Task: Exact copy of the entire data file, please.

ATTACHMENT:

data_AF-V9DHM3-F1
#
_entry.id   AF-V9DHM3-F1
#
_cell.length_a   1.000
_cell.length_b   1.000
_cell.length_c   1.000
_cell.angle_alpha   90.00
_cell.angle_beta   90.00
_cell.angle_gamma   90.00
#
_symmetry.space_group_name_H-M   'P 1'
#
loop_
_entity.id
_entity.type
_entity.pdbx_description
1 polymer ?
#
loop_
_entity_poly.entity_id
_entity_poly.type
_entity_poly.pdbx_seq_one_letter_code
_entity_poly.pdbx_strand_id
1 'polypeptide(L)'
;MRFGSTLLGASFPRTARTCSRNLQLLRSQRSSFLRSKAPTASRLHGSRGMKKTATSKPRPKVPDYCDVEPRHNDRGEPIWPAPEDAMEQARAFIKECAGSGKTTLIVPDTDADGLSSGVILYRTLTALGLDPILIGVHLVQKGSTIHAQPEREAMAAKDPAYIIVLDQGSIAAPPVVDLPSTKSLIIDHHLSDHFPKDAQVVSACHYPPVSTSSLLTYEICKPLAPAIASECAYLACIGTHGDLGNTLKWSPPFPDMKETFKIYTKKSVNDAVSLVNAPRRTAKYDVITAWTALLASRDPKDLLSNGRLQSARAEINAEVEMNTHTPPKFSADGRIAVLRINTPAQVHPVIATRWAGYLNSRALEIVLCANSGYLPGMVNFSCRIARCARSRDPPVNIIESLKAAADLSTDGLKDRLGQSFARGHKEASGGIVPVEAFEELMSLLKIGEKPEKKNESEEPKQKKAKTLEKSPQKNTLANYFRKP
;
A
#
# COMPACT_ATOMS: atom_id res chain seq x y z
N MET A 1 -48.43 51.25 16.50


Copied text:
data_AF-V9DHM3-F1
#
_entry.id   AF-V9DHM3-F1
#
_cell.length_a   1.000
_cell.length_b   1.000
_cell.length_c   1.000
_cell.angle_alpha   90.00
_cell.angle_beta   90.00
_cell.angle_gamma   90.00
#
_symmetry.space_group_name_H-M   'P 1'
#
loop_
_entity.id
_entity.type
_entity.pdbx_description
1 polymer ?
#
loop_
_entity_poly.entity_id
_entity_poly.type
_entity_poly.pdbx_seq_one_letter_code
_entity_poly.pdbx_strand_id
1 'polypeptide(L)'
;MRFGSTLLGASFPRTARTCSRNLQLLRSQRSSFLRSKAPTASRLHGSRGMKKTATSKPRPKVPDYCDVEPRHNDRGEPIWPAPEDAMEQARAFIKECAGSGKTTLIVPDTDADGLSSGVILYRTLTALGLDPILIGVHLVQKGSTIHAQPEREAMAAKDPAYIIVLDQGSIAAPPVVDLPSTKSLIIDHHLSDHFPKDAQVVSACHYPPVSTSSLLTYEICKPLAPAIASECAYLACIGTHGDLGNTLKWSPPFPDMKETFKIYTKKSVNDAVSLVNAPRRTAKYDVITAWTALLASRDPKDLLSNGRLQSARAEINAEVEMNTHTPPKFSADGRIAVLRINTPAQVHPVIATRWAGYLNSRALEIVLCANSGYLPGMVNFSCRIARCARSRDPPVNIIESLKAAADLSTDGLKDRLGQSFARGHKEASGGIVPVEAFEELMSLLKIGEKPEKKNESEEPKQKKAKTLEKSPQKNTLANYFRKP
;
A
#
# COMPACT_ATOMS: atom_id res chain seq x y z
N MET A 1 -48.43 51.25 16.50